On 6 March 2016, it was a dark still night (~8 pm) and the tide had just peaked when I took a look in a tiny creek at the northern end of Palm Cove, Cairns, Queensland Australia. The small fish that leap when a torch is shone on the water where not to be seen today and I had to look for creatures. After a few minutes, it became apparent that every few seconds a tiny, clear living thread would zoom past. They were hard to catch and it took a while to get the first one.
|Glass eel or elvers of longfin eel (Anguilla reinhardtii) - click to enlarge|
Most of them were following the thin film of freshwater that lay at the surface of the tidal creek. They were mostly moving through the thin film of the very margins of the creek, where the creek cut across the sandy beach. In all the photos that follow, the gravel that is visible is actually some of the finest whitest sand in Cairns and it is just the small size of the eels that makes the sand look coarse.
|Glass eel moving up the very boundary of the water - probably following a salinity gradient|
|Three glass eels are present in this photo|
The glass eels rested momentarily in the mangrove detritus before striking out again. It proved to be easier to capture the resting eels. A highly venomous box jellyfish was also bumping its way along the bank.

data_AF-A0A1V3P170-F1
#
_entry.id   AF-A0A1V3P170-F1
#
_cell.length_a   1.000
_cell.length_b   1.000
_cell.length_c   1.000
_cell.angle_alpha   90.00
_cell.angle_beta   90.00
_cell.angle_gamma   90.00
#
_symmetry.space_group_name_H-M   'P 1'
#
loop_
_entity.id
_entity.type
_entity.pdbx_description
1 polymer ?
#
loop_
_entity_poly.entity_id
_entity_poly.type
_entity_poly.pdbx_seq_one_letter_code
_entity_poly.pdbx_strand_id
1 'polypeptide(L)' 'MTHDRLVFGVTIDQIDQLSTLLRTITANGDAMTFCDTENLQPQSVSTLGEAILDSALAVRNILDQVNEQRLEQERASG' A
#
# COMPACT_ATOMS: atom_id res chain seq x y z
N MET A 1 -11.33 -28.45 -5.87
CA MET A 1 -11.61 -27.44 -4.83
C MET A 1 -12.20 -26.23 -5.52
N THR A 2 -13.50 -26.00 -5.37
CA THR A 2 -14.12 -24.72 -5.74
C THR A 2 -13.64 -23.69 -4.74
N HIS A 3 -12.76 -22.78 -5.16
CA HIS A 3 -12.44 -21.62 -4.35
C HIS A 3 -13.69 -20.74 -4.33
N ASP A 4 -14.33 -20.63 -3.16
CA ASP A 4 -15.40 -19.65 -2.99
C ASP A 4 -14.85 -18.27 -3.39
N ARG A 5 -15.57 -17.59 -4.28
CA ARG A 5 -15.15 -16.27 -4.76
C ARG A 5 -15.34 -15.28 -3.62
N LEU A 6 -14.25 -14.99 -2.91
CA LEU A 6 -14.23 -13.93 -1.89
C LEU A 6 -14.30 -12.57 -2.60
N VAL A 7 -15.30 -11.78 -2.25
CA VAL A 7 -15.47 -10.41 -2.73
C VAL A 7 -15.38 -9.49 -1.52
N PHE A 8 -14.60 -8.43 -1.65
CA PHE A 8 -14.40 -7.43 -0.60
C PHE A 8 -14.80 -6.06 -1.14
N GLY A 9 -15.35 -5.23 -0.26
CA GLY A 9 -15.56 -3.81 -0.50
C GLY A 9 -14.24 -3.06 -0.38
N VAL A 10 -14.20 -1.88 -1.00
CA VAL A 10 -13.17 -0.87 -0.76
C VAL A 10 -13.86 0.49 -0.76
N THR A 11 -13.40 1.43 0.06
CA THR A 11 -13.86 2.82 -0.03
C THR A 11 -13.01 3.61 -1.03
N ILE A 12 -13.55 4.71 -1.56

|Box jellyfish with 2 cm bell|
I captured a few glass eels to photograph and later placed them in an established freshwater fish tank with a few neon tetras. The elvers seemed to handle an instant transition from saltwater to freshwater well and were alive in the morning. Instant transitions kill most fish as their gills have to switch from excluding salt to absorbing it and kidneys from excreting salt to recovering it. I guess that animals which are desperately seeking freshwater can handle sudden transitions.
Glass eels become large freshwater longfin eels when they grow up. The creek at Palm Cove is very small and it is a wonder that glass eels were attracted to it. There was a noticeable salinity gradient with relatively fresh water present at the very surface. Upstream there is only 100 m of mangrove creek before the vegetation transitions into a paperbark/rainforest swamp forest. These areas tend dry out in the dry season so how do the eels survive? Back in April 2014, I was looking around in this area for interesting biodiversity when I found a mature eel half out of the water in the mangrove roots. I thought the eel was dead but when I got close, it took off. Perhaps the eel was surviving by taking refuge in a thin film of freshwater floating above the seawater.
|Mature longfin eel using mangrove roots to lift its body to/above the surface.|
|Place where I found the eel|
I took a few eels and let them go in my fish tank. Two weeks later, most seem to be still alive. After about 4 days they started to develop a dark skin, but their flesh is still clear. During the day they hide under objects but at night they swim frenetically, perhaps 40 cm per second. So they are not just trying to reach freshwater, they want to penetrate upstream as fast as possible.